Android 6.0 permissions in protection and attack


Everyday, new vulnerabilities are discovered in mobile devices that can be exploited by intruders. They can send an SMS to a pay-per-call number, they can collect and sell a large database of contact details, and they can also compromise a specific individual. Successful exploitation of a vulnerability requires that a whole range of conditions are met. There is another way, however! Provide the user with a really useful application (a game with birds), whose manifest contains a list of device information that we are interested in. In this article, we will look at ways of obtaining and saving important information from an Android device.

Android OS architecture is built in a way that allows apps to exchange different kinds of information. An app which works with maps requires location, while a voice recorder requires access to the microphone. So, it all seems clear and transparent.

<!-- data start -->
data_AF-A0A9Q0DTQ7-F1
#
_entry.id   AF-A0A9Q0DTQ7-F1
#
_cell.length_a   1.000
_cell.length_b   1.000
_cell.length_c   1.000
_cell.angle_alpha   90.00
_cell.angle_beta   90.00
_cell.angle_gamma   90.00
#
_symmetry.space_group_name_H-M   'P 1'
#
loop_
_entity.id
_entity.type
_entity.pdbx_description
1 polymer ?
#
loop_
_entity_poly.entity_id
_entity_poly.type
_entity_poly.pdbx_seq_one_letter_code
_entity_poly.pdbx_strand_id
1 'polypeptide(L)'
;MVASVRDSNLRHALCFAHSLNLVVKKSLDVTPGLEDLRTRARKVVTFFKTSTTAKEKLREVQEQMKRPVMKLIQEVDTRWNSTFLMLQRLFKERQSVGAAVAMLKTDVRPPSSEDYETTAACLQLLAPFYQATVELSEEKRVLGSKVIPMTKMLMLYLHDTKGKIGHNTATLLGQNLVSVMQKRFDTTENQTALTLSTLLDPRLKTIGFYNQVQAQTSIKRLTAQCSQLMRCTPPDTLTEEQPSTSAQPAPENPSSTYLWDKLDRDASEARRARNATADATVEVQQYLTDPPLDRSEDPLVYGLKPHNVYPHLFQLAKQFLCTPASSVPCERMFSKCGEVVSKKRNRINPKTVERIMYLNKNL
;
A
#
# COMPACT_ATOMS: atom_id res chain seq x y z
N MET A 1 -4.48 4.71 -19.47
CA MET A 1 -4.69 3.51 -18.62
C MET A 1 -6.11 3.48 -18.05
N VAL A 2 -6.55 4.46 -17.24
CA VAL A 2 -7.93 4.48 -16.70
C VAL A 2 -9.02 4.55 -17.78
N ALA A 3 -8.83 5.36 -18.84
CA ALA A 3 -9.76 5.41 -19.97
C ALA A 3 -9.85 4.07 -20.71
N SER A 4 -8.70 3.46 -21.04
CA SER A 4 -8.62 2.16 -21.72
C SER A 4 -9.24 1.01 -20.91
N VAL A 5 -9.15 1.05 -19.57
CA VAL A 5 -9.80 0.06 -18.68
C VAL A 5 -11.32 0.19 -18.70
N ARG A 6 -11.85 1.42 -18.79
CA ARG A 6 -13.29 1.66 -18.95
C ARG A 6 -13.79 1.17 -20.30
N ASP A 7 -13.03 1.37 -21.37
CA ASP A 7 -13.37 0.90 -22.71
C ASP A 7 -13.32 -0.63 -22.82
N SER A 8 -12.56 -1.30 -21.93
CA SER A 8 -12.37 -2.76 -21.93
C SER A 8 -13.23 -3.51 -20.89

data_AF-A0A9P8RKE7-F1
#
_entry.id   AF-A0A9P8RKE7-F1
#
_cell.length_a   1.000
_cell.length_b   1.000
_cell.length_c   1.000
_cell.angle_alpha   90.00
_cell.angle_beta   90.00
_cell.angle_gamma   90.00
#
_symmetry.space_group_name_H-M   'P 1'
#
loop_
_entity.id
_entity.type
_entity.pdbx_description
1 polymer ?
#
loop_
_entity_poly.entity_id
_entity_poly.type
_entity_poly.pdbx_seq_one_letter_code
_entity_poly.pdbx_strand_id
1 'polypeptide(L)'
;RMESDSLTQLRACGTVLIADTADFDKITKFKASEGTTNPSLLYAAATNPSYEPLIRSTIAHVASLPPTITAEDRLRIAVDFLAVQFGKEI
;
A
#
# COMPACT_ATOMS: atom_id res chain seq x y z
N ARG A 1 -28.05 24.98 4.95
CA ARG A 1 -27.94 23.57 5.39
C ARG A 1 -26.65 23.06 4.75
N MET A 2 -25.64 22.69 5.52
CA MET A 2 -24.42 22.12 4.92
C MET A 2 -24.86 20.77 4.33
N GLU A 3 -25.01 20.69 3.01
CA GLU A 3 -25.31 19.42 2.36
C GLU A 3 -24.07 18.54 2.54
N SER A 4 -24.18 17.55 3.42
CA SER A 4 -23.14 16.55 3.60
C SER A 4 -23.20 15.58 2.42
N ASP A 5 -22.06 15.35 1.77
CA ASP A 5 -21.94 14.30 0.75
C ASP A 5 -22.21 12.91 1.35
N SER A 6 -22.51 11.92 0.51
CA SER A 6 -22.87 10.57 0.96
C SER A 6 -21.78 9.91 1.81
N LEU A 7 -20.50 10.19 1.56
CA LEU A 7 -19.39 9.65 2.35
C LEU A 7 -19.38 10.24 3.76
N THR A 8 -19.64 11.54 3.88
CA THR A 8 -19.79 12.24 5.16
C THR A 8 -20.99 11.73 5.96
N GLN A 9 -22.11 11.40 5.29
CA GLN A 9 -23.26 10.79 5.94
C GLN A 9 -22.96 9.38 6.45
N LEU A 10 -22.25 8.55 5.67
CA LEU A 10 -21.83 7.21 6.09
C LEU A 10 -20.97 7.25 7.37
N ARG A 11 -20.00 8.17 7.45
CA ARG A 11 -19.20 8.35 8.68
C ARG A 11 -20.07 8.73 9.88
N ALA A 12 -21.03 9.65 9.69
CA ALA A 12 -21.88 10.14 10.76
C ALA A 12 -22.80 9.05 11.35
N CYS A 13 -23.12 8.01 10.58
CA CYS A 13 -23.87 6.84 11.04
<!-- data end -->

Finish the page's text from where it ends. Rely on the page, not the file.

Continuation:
We openly write the required data or features in the application manifest and receive them upon installation. Nobody is being deceives, everything is voluntary. However, the problem is that users are highly illiterate as far as information technology is concerned. Few people wonder why the voice recorder, for example, needs their location or access to SMS. The application clearly declares its intentions in the manifest, and it would be strange to expect it to act differently.

Before the now famous disclosure, I understood that the game with the angry birds on your device is an informant, as, in addition to everything else, it wants to read the device ID and call data. A simple question "Why do you need this data?" reveals the true intentions of its creators.